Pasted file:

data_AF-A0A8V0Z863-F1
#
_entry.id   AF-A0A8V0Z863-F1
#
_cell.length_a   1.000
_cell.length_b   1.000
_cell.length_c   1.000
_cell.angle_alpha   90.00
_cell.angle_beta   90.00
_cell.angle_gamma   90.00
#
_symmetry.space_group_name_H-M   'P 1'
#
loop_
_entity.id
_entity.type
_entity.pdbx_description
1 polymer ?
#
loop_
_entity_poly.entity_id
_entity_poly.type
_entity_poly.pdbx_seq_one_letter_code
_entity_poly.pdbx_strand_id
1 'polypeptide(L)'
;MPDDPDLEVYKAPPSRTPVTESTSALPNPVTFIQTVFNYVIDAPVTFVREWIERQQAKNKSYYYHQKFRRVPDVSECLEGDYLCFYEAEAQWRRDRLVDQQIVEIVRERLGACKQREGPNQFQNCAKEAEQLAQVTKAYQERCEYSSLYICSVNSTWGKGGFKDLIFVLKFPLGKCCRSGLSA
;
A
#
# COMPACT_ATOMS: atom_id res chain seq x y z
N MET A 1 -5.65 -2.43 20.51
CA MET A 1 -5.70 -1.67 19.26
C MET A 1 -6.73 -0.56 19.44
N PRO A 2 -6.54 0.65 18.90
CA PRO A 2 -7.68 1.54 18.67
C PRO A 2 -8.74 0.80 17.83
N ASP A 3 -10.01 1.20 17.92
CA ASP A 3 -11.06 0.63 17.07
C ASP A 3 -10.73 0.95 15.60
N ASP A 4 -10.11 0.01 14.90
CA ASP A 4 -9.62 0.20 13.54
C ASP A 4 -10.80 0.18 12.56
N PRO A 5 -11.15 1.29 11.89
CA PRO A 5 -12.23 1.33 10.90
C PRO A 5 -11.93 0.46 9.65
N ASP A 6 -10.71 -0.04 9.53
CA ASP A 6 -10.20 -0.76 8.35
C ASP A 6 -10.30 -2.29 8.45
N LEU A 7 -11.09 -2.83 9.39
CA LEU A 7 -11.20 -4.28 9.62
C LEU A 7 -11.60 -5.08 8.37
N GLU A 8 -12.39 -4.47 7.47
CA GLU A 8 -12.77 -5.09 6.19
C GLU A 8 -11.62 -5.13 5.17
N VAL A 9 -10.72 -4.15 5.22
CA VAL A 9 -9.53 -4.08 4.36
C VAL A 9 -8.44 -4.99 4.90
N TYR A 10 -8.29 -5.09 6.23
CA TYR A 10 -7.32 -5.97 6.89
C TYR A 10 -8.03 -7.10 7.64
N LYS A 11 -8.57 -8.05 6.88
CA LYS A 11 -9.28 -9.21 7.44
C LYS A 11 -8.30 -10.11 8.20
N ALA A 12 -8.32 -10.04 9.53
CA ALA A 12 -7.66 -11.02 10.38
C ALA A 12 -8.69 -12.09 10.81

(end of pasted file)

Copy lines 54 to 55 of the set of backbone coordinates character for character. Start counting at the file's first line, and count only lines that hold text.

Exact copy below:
C GLU A 8 -11.62 -5.13 5.17
N VAL A 9 -10.72 -4.15 5.22